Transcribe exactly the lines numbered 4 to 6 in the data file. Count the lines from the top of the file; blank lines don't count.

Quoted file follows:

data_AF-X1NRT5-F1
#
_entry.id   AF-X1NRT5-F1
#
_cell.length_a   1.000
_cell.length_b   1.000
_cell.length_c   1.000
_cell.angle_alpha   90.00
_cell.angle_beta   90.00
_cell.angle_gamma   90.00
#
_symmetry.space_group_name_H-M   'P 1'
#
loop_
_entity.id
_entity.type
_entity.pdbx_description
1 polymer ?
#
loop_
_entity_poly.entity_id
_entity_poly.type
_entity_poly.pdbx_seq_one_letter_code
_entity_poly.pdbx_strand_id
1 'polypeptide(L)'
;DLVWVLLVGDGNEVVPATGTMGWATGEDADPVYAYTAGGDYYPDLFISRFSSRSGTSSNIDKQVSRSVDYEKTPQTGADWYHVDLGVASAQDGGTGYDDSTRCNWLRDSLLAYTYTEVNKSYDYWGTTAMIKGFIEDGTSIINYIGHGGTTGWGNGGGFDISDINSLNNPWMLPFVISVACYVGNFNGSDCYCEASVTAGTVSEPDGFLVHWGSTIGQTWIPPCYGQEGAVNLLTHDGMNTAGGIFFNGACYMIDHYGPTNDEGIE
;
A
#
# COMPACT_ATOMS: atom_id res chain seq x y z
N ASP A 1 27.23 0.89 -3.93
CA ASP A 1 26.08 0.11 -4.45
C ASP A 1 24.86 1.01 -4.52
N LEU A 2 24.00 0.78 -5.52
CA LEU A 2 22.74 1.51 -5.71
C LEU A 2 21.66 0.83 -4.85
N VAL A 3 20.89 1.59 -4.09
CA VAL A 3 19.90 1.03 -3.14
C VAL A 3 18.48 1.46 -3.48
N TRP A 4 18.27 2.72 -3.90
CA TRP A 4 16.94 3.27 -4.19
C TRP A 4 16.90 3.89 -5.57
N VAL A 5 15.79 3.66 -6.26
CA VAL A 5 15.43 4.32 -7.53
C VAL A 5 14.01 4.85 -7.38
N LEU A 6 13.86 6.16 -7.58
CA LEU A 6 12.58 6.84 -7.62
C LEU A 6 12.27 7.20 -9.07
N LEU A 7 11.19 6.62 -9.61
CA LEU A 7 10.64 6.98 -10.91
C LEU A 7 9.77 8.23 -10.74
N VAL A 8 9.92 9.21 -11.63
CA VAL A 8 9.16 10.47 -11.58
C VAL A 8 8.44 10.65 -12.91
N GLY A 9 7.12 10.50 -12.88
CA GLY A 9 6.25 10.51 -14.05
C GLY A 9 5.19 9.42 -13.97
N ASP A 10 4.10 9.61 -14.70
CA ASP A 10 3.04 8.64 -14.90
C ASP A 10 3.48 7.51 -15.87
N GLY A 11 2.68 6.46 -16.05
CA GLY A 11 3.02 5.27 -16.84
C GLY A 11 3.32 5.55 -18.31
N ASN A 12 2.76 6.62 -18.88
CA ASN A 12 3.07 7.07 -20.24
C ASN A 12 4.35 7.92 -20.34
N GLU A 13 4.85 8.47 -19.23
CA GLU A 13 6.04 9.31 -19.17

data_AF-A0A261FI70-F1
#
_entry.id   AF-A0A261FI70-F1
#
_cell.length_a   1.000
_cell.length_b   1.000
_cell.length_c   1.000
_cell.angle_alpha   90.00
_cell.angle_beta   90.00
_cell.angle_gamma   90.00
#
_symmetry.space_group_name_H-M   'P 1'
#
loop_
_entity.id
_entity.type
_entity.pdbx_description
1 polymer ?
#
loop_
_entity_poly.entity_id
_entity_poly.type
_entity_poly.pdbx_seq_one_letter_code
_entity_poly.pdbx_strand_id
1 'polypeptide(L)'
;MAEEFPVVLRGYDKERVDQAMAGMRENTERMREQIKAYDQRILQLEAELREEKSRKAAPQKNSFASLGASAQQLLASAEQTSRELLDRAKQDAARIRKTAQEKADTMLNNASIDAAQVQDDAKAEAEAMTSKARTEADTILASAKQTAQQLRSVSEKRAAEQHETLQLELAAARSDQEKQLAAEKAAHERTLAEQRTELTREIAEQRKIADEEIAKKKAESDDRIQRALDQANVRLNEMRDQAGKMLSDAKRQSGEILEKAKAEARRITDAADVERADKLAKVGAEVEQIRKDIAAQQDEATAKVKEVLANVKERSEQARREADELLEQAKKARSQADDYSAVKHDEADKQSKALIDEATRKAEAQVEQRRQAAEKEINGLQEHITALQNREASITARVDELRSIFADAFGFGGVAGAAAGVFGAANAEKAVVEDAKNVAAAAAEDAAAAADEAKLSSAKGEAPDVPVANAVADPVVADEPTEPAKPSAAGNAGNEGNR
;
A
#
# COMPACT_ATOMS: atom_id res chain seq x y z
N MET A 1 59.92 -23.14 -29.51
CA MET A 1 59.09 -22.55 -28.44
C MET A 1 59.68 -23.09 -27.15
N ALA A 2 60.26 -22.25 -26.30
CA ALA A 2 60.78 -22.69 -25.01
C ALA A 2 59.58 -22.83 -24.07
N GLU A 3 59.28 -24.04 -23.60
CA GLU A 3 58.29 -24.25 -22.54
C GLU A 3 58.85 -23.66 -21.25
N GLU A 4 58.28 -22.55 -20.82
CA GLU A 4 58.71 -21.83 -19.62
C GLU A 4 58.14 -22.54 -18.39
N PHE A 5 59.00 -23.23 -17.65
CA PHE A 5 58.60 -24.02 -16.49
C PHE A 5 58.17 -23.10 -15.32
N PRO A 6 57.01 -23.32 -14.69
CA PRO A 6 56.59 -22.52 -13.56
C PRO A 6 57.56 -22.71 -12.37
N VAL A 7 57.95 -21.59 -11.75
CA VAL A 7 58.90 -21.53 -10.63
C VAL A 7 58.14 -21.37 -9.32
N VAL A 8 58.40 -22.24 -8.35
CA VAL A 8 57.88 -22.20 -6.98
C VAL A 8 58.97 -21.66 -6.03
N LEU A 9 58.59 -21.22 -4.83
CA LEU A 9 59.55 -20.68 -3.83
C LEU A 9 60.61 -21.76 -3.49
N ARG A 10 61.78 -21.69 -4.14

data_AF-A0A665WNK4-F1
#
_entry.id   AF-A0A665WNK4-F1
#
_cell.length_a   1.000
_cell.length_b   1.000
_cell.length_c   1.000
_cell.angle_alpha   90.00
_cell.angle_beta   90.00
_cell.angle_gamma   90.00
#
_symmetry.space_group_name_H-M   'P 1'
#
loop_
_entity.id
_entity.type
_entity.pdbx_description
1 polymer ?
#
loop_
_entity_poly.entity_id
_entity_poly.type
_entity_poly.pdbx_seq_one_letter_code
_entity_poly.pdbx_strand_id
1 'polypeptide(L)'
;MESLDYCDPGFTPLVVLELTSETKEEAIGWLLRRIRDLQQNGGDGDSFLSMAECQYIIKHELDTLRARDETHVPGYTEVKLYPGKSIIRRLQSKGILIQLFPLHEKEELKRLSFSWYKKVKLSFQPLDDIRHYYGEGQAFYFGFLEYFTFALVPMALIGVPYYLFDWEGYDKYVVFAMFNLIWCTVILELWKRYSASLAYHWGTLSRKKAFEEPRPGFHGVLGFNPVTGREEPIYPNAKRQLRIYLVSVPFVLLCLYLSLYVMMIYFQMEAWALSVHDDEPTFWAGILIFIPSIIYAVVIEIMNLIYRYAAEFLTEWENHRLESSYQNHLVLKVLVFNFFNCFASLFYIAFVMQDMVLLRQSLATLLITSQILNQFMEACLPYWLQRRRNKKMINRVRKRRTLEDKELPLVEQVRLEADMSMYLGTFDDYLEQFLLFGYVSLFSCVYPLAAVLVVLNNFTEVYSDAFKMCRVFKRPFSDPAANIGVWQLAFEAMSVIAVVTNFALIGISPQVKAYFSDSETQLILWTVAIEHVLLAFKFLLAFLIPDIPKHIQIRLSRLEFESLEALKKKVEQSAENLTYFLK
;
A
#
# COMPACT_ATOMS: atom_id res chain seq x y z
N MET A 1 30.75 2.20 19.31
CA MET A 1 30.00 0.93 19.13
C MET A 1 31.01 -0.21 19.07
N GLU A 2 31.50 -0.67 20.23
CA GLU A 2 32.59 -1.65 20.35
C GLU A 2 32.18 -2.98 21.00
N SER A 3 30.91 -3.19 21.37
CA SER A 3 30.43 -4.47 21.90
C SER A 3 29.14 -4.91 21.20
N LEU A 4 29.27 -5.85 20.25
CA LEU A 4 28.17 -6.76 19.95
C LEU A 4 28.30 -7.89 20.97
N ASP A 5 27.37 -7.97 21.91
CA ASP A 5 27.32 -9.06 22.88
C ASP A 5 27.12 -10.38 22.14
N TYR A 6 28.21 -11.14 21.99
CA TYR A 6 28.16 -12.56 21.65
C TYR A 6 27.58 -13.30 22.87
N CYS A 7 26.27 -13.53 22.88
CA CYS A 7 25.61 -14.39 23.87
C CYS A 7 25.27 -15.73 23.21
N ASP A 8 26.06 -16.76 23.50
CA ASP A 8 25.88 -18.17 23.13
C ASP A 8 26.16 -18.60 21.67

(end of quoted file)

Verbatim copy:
#
_cell.length_a   1.000
_cell.length_b   1.000